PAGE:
The impact of altitude on early outcome following the Fontan operation

AR Hosseinpour, CD Sudarshan, PW Davies, SAM Nashef, David Barron, William Brawn

Research output: Contribution to journalArticle

10 Citations (Scopus)


Background: The success of a Fontan circulation depends on several factors including low pulmonary vascular resistance. Pulmonary vascular resistance rises in response to hypoxia. Hypoxia is associated with altitude. Therefore, we wondered whether altitude is a risk factor for early failure after the Fontan operation. The aim was to test this hypothesis. Methods: Data were obtained from all published series of 'total cavopulmonary' Fontan operations since 1990. The early failure rate from each series and the altitude of the respective cities were recorded. Early failure was defined as death, takedown of Fontan, or transplantation during the same hospital admission. The association between altitude and failure rate was investigated by rank correlation and logistic regression. Results: 24 series were identified from centres situated at altitudes ranging from sea level to 520 metres. The plot of failure rate versus altitude suggests that failure rate increases with altitude. Logistic regression did not fit the data adequately. This was possibly due to the influence of unmeasured and unknown factors affecting the results, as well as the fact that centres were not randomly chosen but were self-selected by virtue of publishing their results. However, Spearman's rank correlation was 0.74 (p = 0.001). Conclusion: The early outcome of the Fontan circulation appears to be adversely affected by altitude.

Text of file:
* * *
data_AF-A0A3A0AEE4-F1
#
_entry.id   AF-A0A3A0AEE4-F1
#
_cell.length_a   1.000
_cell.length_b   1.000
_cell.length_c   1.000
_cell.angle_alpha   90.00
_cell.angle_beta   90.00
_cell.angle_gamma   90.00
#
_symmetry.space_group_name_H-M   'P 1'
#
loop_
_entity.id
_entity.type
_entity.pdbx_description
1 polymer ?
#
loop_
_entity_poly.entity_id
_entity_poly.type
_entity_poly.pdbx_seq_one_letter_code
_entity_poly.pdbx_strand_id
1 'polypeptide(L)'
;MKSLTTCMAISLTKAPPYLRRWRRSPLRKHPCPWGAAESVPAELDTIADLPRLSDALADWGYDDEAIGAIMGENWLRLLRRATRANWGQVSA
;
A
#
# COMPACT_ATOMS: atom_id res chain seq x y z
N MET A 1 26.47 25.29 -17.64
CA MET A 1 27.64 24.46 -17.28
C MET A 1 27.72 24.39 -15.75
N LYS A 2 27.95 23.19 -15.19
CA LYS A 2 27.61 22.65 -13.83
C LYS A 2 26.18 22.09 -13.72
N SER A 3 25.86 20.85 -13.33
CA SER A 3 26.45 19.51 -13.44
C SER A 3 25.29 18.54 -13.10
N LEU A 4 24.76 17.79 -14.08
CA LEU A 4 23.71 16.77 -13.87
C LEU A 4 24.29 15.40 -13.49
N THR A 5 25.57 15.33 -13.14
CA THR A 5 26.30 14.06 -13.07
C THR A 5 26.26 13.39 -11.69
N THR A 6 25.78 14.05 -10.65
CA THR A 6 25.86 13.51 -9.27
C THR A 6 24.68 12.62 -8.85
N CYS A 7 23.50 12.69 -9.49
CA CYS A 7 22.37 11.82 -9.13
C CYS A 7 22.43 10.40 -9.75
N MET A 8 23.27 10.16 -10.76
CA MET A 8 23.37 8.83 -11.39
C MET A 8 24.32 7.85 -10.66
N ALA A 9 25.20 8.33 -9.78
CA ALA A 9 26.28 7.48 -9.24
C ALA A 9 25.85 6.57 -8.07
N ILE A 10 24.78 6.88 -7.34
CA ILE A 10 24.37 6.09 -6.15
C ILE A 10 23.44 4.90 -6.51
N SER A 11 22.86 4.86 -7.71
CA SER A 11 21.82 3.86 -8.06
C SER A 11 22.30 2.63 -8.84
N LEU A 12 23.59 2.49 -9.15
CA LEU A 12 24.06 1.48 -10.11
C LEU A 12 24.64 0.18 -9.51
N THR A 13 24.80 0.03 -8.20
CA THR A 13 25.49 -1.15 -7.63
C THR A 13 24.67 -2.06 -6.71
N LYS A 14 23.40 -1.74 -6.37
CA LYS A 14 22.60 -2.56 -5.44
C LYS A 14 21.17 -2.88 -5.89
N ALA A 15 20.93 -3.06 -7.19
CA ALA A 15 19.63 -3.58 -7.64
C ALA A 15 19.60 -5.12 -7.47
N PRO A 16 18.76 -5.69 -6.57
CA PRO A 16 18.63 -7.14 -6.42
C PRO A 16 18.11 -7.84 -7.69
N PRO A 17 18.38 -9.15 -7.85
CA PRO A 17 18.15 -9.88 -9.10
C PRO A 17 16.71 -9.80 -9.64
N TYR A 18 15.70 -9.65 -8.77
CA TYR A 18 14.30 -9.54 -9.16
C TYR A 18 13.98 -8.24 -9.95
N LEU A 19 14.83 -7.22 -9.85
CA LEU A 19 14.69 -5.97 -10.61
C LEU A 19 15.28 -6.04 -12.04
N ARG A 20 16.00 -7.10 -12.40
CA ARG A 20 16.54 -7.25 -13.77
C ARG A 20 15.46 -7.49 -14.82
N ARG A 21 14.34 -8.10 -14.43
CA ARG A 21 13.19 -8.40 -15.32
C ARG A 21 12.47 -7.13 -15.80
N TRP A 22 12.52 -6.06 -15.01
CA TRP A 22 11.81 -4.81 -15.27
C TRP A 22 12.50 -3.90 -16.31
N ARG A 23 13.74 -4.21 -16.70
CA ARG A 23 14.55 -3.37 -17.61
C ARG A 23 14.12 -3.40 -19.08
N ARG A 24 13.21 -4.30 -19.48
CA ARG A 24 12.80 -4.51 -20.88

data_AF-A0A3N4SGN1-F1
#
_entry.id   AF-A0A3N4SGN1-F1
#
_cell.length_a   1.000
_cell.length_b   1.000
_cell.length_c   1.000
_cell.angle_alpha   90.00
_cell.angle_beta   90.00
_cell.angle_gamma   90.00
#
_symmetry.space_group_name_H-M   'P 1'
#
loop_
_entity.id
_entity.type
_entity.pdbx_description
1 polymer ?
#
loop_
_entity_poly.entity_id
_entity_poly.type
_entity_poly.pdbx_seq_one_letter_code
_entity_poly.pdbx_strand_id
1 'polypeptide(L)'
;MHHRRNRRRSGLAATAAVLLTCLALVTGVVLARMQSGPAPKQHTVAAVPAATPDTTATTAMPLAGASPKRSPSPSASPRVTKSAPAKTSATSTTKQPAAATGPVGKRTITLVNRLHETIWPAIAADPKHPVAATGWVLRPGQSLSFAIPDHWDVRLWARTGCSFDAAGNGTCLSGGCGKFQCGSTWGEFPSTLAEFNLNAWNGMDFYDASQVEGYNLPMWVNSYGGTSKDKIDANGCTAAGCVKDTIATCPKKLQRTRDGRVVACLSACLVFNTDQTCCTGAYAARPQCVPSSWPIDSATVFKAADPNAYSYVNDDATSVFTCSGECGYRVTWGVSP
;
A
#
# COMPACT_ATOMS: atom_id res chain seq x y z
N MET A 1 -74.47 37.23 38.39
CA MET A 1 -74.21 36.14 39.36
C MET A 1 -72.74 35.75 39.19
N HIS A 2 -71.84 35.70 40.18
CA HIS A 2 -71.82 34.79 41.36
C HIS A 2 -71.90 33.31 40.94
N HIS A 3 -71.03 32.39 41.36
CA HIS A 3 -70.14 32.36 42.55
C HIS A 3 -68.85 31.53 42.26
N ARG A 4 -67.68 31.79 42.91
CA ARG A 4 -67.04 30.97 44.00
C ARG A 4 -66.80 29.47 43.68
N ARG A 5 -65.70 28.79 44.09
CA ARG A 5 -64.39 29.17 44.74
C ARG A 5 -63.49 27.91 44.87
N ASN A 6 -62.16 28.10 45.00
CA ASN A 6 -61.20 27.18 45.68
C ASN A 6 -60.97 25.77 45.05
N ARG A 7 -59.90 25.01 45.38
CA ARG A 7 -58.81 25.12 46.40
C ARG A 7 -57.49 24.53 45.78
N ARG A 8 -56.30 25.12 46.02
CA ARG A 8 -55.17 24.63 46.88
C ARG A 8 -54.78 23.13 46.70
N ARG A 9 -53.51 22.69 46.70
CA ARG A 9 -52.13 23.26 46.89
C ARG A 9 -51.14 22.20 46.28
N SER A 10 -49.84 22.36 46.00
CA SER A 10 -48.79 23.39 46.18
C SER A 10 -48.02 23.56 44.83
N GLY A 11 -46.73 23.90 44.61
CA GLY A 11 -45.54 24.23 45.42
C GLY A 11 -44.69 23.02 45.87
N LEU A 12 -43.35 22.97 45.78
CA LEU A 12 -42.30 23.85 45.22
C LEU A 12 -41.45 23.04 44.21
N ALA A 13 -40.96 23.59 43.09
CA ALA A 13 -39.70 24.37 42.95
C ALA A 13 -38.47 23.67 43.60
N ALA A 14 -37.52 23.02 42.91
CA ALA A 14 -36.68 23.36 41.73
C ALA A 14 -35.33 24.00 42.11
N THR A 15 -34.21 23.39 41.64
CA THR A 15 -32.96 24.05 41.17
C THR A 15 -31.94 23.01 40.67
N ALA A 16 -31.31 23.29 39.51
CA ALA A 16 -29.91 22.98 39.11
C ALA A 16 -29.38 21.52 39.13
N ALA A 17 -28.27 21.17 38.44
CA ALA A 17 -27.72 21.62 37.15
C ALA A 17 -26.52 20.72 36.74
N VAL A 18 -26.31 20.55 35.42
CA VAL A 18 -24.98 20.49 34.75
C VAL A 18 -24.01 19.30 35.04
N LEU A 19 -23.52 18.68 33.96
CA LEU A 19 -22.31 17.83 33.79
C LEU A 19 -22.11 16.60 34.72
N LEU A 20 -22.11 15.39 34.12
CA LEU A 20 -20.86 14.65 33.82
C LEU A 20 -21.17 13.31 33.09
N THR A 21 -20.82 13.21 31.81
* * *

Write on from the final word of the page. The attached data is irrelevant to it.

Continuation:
Original languageEnglish
Pages (from-to)31
Number of pages1
JournalJournal of Cardiothoracic Surgery
Publication statusPublished - 1 Jan 2006


Dive into the research topics of 'The impact of altitude on early outcome following the Fontan operation'. Together they form a unique fingerprint.

Cite this